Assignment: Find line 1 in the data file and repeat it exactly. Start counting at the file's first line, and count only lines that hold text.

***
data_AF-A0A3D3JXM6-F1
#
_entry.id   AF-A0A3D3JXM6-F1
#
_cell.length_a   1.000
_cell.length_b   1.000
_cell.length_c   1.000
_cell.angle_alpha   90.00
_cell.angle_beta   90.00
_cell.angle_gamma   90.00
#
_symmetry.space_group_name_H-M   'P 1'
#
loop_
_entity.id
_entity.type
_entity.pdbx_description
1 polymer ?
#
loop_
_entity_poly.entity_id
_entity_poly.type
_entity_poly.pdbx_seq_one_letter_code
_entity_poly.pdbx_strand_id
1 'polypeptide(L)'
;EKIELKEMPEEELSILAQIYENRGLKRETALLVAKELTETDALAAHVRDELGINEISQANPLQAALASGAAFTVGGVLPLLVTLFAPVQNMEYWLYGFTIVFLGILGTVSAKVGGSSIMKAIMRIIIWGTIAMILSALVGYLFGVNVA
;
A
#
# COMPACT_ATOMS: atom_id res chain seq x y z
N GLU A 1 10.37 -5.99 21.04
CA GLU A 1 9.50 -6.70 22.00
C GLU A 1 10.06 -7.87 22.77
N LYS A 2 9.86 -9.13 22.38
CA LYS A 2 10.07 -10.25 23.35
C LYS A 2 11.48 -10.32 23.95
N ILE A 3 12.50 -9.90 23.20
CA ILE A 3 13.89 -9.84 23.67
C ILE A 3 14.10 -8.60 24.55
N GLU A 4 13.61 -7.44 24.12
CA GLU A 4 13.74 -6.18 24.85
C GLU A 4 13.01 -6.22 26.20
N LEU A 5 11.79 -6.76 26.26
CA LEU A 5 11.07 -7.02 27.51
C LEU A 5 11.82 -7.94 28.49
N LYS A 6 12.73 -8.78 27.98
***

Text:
data_AF-A0A3D3JXM6-F1